I was sitting by the beach on the weekend, watching my sons’ early attempts at surfing, when a complete stranger sat down next to me on the beach bench and started chatting. That’s how it is in small communities. Here I was just enjoying my daily dose of inspiration, really quite a nice moment of solitude, when I was suddenly drawn into a pretty random conversation.
It’s one of the beauties of a move interstate to a smaller place. Everything is new, kind of quaint, and very uplifting. One of the things that stands out is how friendly the locals are. Total strangers have a chat, just because they can. There’s none of that fixed-and-averted-gaze-so-that-our-eyes-don’t-meet etiquette that all cities dwellers know so well. Perhaps it’s a two degrees of separation thing, but people are genuinely interested to talk and just pass the time.
Some gems have been passed to me in these conversations. The kind of observations that many city folk are just too busy to consider, or notice, because they’re too caught up in the hectic nature of a whirlwind week. When you slow down, I’ve discovered, you begin to notice amazing things. The scattered billiard ball effect of the tiny balls that sand crabs make is just one example. I’m getting a sense that once you look more closely and pay more attention, there’s a lot more to it. I can see Professor Brian Cox enthusing about the mathematical patterns behind the apparent haphazard positioning of these teeny balls. Symmetry and dare I say, noticeable linear placements, radiating out from the centre.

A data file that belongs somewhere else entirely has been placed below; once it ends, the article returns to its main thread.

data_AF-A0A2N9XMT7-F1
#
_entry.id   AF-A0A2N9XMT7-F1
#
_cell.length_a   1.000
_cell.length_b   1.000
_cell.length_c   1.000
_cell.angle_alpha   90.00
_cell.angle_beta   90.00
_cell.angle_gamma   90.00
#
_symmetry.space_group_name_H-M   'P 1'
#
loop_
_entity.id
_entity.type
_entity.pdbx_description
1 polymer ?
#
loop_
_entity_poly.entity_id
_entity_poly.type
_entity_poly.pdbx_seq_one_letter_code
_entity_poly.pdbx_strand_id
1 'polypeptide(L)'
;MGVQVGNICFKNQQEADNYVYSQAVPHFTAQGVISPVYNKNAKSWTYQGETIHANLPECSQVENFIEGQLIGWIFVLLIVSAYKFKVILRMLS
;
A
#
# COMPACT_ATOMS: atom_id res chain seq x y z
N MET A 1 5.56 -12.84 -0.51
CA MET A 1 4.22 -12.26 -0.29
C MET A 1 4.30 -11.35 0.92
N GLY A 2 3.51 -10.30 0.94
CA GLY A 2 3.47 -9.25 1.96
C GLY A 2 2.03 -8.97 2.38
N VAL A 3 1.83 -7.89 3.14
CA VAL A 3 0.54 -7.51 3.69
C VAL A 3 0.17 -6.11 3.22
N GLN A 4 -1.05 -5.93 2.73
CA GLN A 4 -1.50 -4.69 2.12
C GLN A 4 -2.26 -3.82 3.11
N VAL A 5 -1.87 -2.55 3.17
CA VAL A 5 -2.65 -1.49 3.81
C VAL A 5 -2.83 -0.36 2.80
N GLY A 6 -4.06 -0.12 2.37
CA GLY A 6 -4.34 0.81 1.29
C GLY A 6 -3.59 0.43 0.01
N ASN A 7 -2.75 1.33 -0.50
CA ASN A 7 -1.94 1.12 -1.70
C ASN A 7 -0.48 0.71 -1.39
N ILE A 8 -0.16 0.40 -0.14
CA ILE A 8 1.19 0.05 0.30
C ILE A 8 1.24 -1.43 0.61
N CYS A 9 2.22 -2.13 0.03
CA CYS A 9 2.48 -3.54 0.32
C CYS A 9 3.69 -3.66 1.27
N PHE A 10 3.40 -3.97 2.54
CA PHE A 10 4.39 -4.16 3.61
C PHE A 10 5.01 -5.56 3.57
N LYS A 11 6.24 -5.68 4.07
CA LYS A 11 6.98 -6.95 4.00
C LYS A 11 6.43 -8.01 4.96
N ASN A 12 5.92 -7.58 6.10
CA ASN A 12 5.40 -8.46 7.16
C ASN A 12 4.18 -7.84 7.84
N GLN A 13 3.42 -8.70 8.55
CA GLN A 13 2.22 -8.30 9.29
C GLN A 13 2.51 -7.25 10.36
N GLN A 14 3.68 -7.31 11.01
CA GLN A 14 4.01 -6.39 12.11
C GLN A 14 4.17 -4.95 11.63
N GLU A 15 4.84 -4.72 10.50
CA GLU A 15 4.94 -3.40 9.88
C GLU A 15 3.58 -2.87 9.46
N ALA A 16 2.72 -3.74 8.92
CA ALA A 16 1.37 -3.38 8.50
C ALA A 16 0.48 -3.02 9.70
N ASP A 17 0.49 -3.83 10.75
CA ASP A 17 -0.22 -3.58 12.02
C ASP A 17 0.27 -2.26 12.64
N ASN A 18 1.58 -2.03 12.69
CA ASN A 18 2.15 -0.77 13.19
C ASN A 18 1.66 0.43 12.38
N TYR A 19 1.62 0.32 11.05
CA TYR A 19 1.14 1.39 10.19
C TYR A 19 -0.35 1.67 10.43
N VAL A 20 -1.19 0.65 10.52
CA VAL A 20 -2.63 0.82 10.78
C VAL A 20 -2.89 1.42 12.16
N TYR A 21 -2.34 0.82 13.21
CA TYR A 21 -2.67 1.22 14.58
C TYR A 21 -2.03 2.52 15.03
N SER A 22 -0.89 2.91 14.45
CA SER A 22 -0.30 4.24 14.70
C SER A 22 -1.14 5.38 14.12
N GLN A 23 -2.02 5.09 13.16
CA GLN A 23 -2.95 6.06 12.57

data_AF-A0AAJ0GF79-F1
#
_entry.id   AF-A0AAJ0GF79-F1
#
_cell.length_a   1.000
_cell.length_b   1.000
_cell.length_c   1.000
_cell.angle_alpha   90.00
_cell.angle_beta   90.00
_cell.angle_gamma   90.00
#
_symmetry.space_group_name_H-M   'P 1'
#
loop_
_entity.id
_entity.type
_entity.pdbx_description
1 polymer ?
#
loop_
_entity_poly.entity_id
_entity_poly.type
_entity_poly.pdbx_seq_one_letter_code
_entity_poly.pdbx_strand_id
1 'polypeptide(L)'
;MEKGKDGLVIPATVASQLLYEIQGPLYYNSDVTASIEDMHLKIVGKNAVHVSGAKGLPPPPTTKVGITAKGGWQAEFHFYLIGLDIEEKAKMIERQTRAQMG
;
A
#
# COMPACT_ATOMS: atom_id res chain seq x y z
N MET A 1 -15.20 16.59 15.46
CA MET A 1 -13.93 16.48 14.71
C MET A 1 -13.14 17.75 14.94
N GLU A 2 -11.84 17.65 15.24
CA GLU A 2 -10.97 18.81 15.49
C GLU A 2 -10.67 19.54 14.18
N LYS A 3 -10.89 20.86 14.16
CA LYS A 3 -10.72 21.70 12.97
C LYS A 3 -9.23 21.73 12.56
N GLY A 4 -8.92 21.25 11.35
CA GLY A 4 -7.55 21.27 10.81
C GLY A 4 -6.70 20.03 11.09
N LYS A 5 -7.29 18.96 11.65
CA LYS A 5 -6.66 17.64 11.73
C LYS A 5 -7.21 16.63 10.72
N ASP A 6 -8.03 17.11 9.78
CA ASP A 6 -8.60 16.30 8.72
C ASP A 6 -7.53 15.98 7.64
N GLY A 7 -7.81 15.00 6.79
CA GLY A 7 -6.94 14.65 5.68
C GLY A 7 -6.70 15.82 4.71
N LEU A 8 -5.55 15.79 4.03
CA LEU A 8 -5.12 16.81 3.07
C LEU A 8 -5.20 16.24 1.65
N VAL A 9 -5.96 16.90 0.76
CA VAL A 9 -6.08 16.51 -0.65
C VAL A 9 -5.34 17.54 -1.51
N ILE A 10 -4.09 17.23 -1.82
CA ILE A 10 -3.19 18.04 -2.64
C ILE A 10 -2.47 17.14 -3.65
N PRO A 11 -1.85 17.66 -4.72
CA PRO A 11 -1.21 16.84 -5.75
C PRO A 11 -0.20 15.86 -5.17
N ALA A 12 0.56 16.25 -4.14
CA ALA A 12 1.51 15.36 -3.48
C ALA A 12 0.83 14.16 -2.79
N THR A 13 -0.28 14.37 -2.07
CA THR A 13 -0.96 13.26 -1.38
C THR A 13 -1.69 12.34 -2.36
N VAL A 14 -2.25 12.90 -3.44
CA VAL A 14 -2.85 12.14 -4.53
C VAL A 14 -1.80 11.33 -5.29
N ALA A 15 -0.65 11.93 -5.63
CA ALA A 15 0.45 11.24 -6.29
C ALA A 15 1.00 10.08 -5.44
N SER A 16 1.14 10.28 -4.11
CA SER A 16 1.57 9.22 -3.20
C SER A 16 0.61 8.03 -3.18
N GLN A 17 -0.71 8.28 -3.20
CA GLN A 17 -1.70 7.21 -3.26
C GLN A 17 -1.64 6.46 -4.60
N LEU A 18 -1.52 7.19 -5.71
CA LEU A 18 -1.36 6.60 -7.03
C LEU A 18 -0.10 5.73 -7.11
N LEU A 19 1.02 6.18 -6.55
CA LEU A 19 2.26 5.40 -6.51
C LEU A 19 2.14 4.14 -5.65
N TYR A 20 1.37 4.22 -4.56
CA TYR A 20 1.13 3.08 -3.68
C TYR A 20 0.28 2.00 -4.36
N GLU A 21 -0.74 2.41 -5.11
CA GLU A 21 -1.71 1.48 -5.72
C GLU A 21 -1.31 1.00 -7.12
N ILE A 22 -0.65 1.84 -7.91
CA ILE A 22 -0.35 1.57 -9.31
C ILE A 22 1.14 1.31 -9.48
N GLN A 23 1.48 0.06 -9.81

But back to that conversation. I’ve never heard someone talk up concreting and tiling so enthusiastically before, but yesterday, all the positives were poured along with the slab. There’s great creative satisfaction in tiling, apparently, because “you start with grey and end up with bling”. I love it. We shouldn’t take anything for granted.
Another gem from this beach side chat was a clear loathing of Facebook. While we were talking, I took a pic of the beach, because, well, it looked spectacular. He was full of disbelief and disdain. “You’re not gonna post that, like on a time line? Geez, show me what you had for breakfast. As if I’d fuckin’ care”
“You know what I call Facebook? Casebook. Because it’s just people’s shit up there online and it’s ripe for stalkers. They can just case the joint. Fuckin’ headcases.”
He offered up a totally different perspective, one that sat right in the real, sandy, salty, coastal world and it was good to hear it. End of story on social media, there wasn't much point countering his point of view 'cause it was pretty rock solid. I didn’t tell him I was busily trying to build an Instagram community, so yeah, that photo I’d just taken was for my beach photo bank.
Just as I was being told by this local that in his heyday he was a pretty top-notch surfer, known as King of the Middle (a notorious break way out the back), my older son ended up on the rocks. Yep, he looked like he’d been through a cheese grater. But the cool thing? The ever-watchful lifeguards were really on the job. Having spotted the incident from the tower at the other end of the beach, one rode the life-saving buggy all the way to the other end to meet him when he came out of the water. He checked out the many scratches and urged him to head down to the tower to get cleaned up. When I walked down, the other life guard on duty asked me if ‘he’s your little fella?’ Delivered with no irony, just concern. My 6’1” little fella.
Sundays at the beach have a great sense of community. It’s simple and healthy and downright refreshing.